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The Sea of Cortez, also known as the Gulf of California, is a biologically rich body of water located between the Baja California Peninsula and the mainland of Mexico. The sea covers an area of approximately 160,000 square kilometers and is home to an incredible array of marine life.
The Sea of Cortez is renowned for its biodiversity, which is among the highest in the world. The sea is home to over 900 species of fish, 32 species of marine mammals, and 5 species of sea turtles, making it a haven for wildlife enthusiasts and marine biologists alike.
Eco-tourism is a hallmark of the inside Sea of Cortez due primarily to the large numbers and variety of marine life including 21 species of dolphins, 9 species of whales, and the largest fish in the world, the incredible whale shark.
In addition to its incredible marine life, the Sea of Cortez is home to a number of unique geological formations, including volcanic islands and coral reefs. The sea's unique geology has led to the development of several endemic species, which are found nowhere else in the world.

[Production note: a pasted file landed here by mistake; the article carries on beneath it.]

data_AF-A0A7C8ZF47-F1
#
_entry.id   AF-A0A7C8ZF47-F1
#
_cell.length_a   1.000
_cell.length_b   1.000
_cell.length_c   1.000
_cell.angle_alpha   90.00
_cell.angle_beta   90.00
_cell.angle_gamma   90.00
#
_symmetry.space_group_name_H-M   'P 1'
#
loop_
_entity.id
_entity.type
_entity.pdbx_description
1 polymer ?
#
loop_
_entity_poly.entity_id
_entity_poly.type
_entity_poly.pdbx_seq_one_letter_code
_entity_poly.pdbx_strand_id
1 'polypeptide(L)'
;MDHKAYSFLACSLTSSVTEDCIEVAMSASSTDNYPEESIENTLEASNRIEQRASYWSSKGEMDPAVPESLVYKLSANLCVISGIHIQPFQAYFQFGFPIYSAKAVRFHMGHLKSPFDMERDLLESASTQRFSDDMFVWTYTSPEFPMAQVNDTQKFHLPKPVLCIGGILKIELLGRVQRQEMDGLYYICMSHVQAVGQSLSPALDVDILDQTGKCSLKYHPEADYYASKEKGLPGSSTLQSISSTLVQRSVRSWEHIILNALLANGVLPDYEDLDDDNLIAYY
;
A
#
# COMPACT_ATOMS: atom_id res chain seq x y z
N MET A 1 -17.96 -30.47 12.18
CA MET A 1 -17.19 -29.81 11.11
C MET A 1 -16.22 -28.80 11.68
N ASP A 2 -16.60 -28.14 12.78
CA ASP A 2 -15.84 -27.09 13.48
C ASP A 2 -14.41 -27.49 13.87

Despite its ecological importance, the Sea of Cortez is facing threats, including overfishing, pollution, and climate change. Unsustainable fishing practices, such as the use of gillnets, have led to the decline of several species, including the vaquita and the totoaba, a critically endangered fish that is prized for its swim bladder.
Efforts are underway to protect the Sea of Cortez and its unique ecosystem. In 2005, the sea was designated a UNESCO World Heritage Site, and in 2019, the Mexican government announced a two-year ban on the use of gillnets in the vaquita's habitat. These measures, along with increased awareness and conservation efforts, are crucial for the long-term survival of the Sea of Cortez and its remarkable inhabitants.